Lowestoft Holler

There’s this little green town on the East coast
Where work all gets lost in the cloudy smoke
There’s a tan on the beach if you’re visiting
It still comes with cheap chips and ice cream

Every day the sun lifts the darkness
Breaking memories anchored in some trawling past
No crowds fill the streets, they’re in online
Gossiping or gaming over flat wine

Books banked in dust pad the library
While shops stocked in staple brands of jewellery
Alternate with smoking miscellany
As broad across as sacred is our greenery

When you pass by, and you will, don’t be afeared
The East coast is not the place it used to be
As calm and cool as any burg is wont to be
A little slower true, but aren’t we meant to be

 

Creek Crossing

Above the gentle rumble of 114’s motor
There’s the low holla-and-walla of
Internationals making deals and promises.

Sandy squares of Creek-side villas bob by
Shaded by grand yachts
Of the super rich.

Our 1-Dirham dinghy chugs
Slopping to moorings
Crowded with all of those faces of Earth.

Too loud and close
A colossal dhow blazes
Beaming phone-lights and faces…

In it’s wake our disembarkation
Is a hoppy affair
Scuffed sandals and ruffled kandura’s

Love is the drug

heart-drugs

Love is the drug I hear them say
Can I get it in a tablet or a nasal spray?
Love is the drug and it’s messing with my brain
Your detox did today but I’ll backslide again

Let me get caned in your cuddles
Do a gram of wet-eye-stares?
Or maybe try some methalove;
Warm and close but not as scary?

Love is the drug, light afterglow
My shot in the arm, your ultimate dose
My sweet narcotic of nuzzling necks
A sure-fire hit for knock-out sex

Love is the drug
The balm
The pain
Our tearing loss
Our need to do it again

From the soaring highs of love’s hot fix
Where blood rushes blindly inciting my psychosis.
We lie it’s forever. I believe it’s what hurts.
An infinite comedown and it’s aching our hearts.

 

The Uprisen

Stańczyk by Jan Matejko (1862)

Stańczyk by Jan Matejko (1862)

I’m revolting in our kitchen
I will not wash another cup
Nary the bins are emptied
And I care not who’s turning up

In the toilet I’m revolting
You can guess the seat stays raised
A growing ring of gloomy grey
Entombs the tub in waves

The floor of our thru-diner
Is an irksome furry muck
For I’ve revolted against the oppressive regime
That bids I vacuum up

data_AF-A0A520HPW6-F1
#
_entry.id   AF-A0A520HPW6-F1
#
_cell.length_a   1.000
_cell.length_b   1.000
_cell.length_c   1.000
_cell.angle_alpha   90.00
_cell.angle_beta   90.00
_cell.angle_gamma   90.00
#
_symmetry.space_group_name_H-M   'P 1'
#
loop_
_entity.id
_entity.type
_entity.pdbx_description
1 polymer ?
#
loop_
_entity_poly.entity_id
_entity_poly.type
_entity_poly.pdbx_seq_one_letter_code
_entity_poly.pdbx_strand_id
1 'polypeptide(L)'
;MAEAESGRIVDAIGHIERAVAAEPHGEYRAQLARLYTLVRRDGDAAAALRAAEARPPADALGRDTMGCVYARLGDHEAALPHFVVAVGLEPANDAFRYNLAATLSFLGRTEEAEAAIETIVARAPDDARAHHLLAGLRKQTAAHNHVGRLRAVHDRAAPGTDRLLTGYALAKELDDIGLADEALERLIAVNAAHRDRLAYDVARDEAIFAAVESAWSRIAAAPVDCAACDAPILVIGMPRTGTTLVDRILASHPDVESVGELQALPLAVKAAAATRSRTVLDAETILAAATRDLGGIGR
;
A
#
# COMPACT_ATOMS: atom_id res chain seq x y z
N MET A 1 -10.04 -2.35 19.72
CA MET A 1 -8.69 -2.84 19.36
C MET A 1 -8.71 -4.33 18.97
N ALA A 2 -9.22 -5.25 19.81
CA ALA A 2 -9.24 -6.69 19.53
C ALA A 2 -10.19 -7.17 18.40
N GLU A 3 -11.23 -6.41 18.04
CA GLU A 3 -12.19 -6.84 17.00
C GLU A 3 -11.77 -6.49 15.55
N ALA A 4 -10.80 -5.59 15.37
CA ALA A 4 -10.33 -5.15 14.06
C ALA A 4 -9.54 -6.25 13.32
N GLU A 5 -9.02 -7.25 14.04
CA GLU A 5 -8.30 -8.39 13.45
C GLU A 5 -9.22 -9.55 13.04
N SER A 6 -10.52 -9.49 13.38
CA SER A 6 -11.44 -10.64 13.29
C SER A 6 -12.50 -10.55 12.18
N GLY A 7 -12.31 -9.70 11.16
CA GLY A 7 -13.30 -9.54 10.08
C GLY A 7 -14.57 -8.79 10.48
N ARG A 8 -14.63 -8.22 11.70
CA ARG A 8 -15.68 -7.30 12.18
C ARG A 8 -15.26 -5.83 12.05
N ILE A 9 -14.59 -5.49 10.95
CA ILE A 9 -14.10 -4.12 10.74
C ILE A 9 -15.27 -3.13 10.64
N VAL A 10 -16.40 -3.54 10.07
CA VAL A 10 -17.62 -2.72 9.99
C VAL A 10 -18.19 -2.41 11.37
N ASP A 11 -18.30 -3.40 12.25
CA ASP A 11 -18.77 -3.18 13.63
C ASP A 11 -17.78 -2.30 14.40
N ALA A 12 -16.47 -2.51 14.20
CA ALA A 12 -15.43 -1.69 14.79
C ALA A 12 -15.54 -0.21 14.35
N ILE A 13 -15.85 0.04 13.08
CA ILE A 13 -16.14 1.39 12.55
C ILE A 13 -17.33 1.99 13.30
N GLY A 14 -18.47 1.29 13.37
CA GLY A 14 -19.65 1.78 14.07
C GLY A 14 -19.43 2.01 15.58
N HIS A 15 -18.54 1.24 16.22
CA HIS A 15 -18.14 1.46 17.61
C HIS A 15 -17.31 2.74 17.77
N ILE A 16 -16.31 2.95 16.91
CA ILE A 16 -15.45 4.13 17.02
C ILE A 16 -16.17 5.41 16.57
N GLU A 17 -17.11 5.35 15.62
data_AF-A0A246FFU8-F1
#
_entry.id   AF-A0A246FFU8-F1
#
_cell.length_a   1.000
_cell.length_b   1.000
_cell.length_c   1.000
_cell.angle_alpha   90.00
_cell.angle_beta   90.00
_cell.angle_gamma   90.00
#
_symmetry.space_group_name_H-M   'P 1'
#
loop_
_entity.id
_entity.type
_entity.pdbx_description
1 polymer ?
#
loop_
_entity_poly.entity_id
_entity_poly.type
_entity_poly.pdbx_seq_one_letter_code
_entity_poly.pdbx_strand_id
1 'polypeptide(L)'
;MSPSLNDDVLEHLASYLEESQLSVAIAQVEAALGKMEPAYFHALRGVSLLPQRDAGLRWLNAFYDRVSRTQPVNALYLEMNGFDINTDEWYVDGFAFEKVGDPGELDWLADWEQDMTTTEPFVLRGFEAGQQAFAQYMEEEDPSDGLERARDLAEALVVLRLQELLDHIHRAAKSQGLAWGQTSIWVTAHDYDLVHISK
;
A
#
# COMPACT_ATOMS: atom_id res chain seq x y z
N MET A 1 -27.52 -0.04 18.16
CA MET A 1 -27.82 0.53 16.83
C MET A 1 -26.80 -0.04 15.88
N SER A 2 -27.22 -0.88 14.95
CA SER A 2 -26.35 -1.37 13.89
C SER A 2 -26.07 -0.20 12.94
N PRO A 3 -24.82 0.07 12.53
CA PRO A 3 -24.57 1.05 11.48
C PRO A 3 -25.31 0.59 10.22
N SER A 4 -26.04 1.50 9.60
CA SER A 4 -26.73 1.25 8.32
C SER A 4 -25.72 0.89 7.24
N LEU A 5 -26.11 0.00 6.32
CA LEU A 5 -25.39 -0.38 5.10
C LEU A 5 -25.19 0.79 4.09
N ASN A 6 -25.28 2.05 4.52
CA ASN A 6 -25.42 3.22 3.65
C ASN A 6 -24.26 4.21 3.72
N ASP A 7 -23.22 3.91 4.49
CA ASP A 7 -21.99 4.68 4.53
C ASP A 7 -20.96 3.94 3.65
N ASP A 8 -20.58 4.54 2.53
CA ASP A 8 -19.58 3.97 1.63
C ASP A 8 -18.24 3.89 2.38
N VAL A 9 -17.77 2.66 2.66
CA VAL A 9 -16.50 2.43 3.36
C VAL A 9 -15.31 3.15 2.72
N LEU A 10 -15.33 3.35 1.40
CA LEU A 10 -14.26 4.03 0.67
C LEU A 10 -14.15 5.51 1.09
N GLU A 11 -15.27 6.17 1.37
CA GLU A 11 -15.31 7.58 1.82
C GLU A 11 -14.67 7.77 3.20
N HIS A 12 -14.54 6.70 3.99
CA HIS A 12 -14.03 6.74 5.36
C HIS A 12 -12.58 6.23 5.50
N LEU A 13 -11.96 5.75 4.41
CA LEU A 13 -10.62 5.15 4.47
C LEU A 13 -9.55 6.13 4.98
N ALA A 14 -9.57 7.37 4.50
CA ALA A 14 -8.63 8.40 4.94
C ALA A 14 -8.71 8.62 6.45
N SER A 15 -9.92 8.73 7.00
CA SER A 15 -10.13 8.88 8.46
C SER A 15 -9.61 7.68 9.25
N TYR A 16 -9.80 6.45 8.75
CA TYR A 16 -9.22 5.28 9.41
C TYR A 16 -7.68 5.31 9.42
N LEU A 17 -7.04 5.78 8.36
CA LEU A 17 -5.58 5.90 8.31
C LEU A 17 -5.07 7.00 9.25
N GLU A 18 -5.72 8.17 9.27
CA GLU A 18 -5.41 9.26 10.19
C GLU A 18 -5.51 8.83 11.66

Window’s streak with weeks of grime
The laundry mountain hums
Shadows stretch from coves
– such as spiders hide –
Yet I’m sticking to my guns

Once in a while love stands the test
Resists worldly weights and… sails
Yet sometimes – oft noticed far too late –
Once in a while love fails

So leave me to my misery
Let this dirt I foster bloom
You Watch your ‘Bake Off’ finally
I’ll sulk, revolting,
in some dark room

Bedlam Museum of the Mind

A visit to Bethlem Hospital
Museum of the Mind this week.
Open Wednesday to Friday 10am-5pm
(unless you’re in a ‘group’).
I find myself struck by the times.

There is a wide range of art
as well as historical lunacies to enjoy
and the staff and ‘service users’
are impeccably informed and helpful.

Here are two of the few photo’s I took to remind me of the visit.

Harriet Jordan

Harriet Jordan

Harriet Jordan (after)

Harriet Jordan (after)

The Clear Out

She has bags of bags, filled with shoes, Christmas wrappings, old cards
And new ones.
Bags of overplayed records and unopened letters.

We keep clawing into the gloom and dust:
More bags, half open boxes, stuck to this sticky insect-shell-carpet,
Deep in the fabric of the long dead.

Box after box…
Some with bags in, some have letters, reams of aims,
Bags of dreams.

There are more shoes, a crimson coat of majestic massiveness.
Here is a box full of bags from the eighties filled with toys
– Battalions of soldiers in disarray eyeballing teams of alien muscle-men
Through the decades.

And last of all, wrenching the newspaper floor with it,
Dragged out from beyond,
A decomposing leather hold-all, filled with photographs.
Beaming childhood hopes, tiers of school pics, camping trips,
Instants of hurried-through birthdays and flashes of Christmases.

I clamber back. Kneel back, and, hands on knees, take a breath.

Our treasure-haul has piled up in the bedroom,
One trove stacked on a chair.
Inhaling the gasps of long ago,
The chatter of ages fills my nostrils,
Hits the back of my throat – the depths of memory
– And I gulp down more,
She shuts the bedroom window, Which abruptly suffocates us.

*** “Go get a bag then.”
Her hands already picking over the bones.

Another bag. This one heavy with dark implications
Heavy with its Black.
The crisp pliable plastic of sacks.

I bare my mind as I reach into the kitchen cupboard, downstairs.
Here dark, personal, thoughts swim.
So, again, upstairs ripping one finality after another off the roll
We empty years of what-ifs into these terrible cocoons.

We stay for days jogging back and forth
through shared and forgotten events.
All that’s dead is gone, all that’s dust is dead. In a bag in a box
In a hole. There’s a dream that once lit up her head.

 

 

4:20

A return to attempting to find my poetic voice. We have come to the end of a string of Beck’ Beat Poetry events, which have been a series of fantastical occasions! Enabling me and others to meet and hear top-class poets from across south London (and Hackney)!

Here is the 420